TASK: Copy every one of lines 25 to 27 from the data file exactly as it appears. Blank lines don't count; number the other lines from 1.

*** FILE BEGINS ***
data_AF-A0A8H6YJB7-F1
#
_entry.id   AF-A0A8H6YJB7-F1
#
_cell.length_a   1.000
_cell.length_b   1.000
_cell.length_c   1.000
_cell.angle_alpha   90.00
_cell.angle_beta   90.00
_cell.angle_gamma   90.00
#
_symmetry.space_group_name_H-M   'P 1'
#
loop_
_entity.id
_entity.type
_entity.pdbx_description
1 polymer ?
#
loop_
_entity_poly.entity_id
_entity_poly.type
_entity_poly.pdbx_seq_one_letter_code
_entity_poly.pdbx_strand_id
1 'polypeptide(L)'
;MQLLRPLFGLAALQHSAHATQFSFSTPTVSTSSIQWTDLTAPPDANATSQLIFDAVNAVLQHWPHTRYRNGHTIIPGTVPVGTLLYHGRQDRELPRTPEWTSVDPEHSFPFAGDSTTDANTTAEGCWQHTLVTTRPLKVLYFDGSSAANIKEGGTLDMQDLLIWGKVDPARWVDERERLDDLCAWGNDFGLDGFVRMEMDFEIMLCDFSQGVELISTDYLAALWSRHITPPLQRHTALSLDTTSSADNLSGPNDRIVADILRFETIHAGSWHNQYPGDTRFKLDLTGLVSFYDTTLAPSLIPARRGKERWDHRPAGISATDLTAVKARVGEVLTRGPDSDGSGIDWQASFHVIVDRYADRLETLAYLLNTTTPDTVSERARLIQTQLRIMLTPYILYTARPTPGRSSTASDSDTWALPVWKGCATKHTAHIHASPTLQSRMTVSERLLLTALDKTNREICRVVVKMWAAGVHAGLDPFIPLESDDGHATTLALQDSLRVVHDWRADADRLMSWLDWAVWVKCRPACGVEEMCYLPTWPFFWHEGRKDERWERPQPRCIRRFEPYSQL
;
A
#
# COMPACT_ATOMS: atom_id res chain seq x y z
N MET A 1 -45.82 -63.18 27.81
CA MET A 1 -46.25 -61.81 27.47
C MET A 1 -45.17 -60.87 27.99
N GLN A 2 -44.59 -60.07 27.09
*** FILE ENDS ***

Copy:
1 'polypeptide(L)'
;MQLLRPLFGLAALQHSAHATQFSFSTPTVSTSSIQWTDLTAPPDANATSQLIFDAVNAVLQHWPHTRYRNGHTIIPGTVPVGTLLYHGRQDRELPRTPEWTSVDPEHSFPFAGDSTTDANTTAEGCWQHTLVTTRPLKVLYFDGSSAANIKEGGTLDMQDLLIWGKVDPARWVDERERLDDLCAWGNDFGLDGFVRMEMDFEIMLCDFSQGVELISTDYLAALWSRHITPPLQRHTALSLDTTSSADNLSGPNDRIVADILRFETIHAGSWHNQYPGDTRFKLDLTGLVSFYDTTLAPSLIPARRGKERWDHRPAGISATDLTAVKARVGEVLTRGPDSDGSGIDWQASFHVIVDRYADRLETLAYLLNTTTPDTVSERARLIQTQLRIMLTPYILYTARPTPGRSSTASDSDTWALPVWKGCATKHTAHIHASPTLQSRMTVSERLLLTALDKTNREICRVVVKMWAAGVHAGLDPFIPLESDDGHATTLALQDSLRVVHDWRADADRLMSWLDWAVWVKCRPACGVEEMCYLPTWPFFWHEGRKDERWERPQPRCIRRFEPYSQL
;